An antidepressant-like action of nicotine has been suggested in the forced swimming test. The aim of the present study was to evaluate the relationship between the antidepressant-like action of nicotine and brain serotonin (5-HT) in mice. Nicotine at a dose of 0.2 mg/kg significantly (p < 0.05) decreased the duration of immobility time in forced swimming test. However, nicotine (0.01-1 mg/kg, s.c.) had no effect on locomotor activity in open-field test. Dopamine turnover in mouse whole brain was increased by nicotine (0.01-1 mg/kg, s.c.) in a dose-dependent manner, and nicotine at a dose of 0.05 mg/kg showed a significant increases in 5-HT turnover. Nicotine at a dose of 0.05 mg/kg markedly enhanced head twitch responses induced by (+/-)-1-(2,5-dimethoxy-4-iodophenyl)-2-aminopropane (DOI), a selective 5-HT2A/2C receptor agonist. These findings suggest that the involvement of nicotinic and serotonergic systems in the antidepressant-like effects of nicotine.
"We studied the effect of four different doses of nicotine (0.03, 0.1, 0.2, and 0.5 mg/kg) on FST and TST comparing to the immobility time of the control group, which had been given 5 ml/kg physiological saline (Suemaru et al. 2006). Also, nicotine 0.2 mg/kg was administered 15, 30, and 60 min before the behavioral tests to obtain the best time of action for our following experiments (Suemaru et al. 2006; Tizabi et al. 1999). "
[Show abstract][Hide abstract] ABSTRACT: The antidepressant action of acute nicotine administration in clinical and animal studies is well recognized. But the underlying mechanism for this effect has not been carefully discovered.
We attempted to evaluate the possible role of N-Methyl-D-aspartate (NMDA) receptors in the antidepressant-like effect of nicotine.
After the assessment of locomotor activity in the open-field test, forced swimming test (FST) and tail suspension test (TST) were used to evaluate the antidepressant-like effect of nicotine in mice. We performed intraperitoneal administration of nicotine at different doses and periods before the tests. To assess the possible involvement of NMDA receptors, non-effective doses of NMDA antagonists and an NMDA agonist were obtained and were administered simultaneously with the non-effective and effective doses of nicotine, respectively.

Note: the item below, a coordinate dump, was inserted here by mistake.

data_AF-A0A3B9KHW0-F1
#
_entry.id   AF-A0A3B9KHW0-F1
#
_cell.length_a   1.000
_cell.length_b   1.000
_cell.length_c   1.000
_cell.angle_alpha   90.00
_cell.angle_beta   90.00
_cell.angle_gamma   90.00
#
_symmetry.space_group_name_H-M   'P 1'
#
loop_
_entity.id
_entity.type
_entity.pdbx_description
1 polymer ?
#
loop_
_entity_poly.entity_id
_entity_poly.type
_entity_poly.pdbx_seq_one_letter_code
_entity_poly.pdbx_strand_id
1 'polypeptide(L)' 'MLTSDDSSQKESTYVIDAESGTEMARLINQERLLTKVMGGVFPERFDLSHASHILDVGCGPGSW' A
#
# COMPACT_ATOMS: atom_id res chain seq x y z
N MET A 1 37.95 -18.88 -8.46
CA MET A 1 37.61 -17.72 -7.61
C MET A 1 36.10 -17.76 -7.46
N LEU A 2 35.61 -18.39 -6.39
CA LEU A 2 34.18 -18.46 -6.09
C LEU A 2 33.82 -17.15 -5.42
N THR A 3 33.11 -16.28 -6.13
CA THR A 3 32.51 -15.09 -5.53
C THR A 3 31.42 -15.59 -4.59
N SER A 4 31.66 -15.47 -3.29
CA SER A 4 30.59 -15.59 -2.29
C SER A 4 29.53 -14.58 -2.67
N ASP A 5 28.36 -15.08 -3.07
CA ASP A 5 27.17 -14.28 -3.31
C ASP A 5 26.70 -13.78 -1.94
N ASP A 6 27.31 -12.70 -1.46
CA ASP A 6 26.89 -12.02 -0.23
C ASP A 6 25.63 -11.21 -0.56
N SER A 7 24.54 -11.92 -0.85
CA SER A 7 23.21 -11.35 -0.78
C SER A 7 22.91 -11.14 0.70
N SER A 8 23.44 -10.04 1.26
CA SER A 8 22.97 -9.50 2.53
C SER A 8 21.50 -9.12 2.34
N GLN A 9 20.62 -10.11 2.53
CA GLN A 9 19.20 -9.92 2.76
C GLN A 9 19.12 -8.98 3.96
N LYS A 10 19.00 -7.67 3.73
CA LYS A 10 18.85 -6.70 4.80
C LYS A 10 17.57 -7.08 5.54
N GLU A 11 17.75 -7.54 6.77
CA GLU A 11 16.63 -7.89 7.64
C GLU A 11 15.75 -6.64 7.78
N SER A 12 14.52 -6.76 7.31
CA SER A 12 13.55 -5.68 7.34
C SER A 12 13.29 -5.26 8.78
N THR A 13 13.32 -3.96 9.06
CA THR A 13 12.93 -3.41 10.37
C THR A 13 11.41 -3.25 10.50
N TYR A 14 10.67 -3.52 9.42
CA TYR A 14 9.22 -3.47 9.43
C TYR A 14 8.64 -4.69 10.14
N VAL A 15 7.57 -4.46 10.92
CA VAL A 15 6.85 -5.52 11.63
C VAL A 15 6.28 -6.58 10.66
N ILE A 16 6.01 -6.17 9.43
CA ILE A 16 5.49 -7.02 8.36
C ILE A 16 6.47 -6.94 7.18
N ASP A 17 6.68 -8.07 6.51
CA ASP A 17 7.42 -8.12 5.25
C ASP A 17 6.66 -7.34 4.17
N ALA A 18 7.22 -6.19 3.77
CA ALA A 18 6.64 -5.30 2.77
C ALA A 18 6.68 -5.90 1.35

Nicotine (0.2 mg/kg, 30 min before FST/TST) significantly reduced the immobility time of mice similar to fluoxetine (20 mg/kg). Nicotine did not affect the locomotor behavior of mice in open-field test. Co-administration of non-effective doses of NMDA receptor antagonists, ketamine (1 or 0.3 mg/kg), MK-801 (0.05 or 0.005 mg/kg), and magnesium sulfate (10 or 5 mg/kg) with nicotine (0.1 or 0.03 mg/kg) had remarkable synergistic antidepressant effect in both FST and TST. Also, non-effective NMDA (75 or 30 mg/kg) reversed the anti-immobility effect of nicotine (0.2 mg/kg) on mouse FST and TST.
Our study has for the first time confirmed that the antidepressant-like effect of nicotine on mice is NMDA-mediated, and nicotine presumably exerts this effect by antagonizing the glutamatergic NMDA receptors.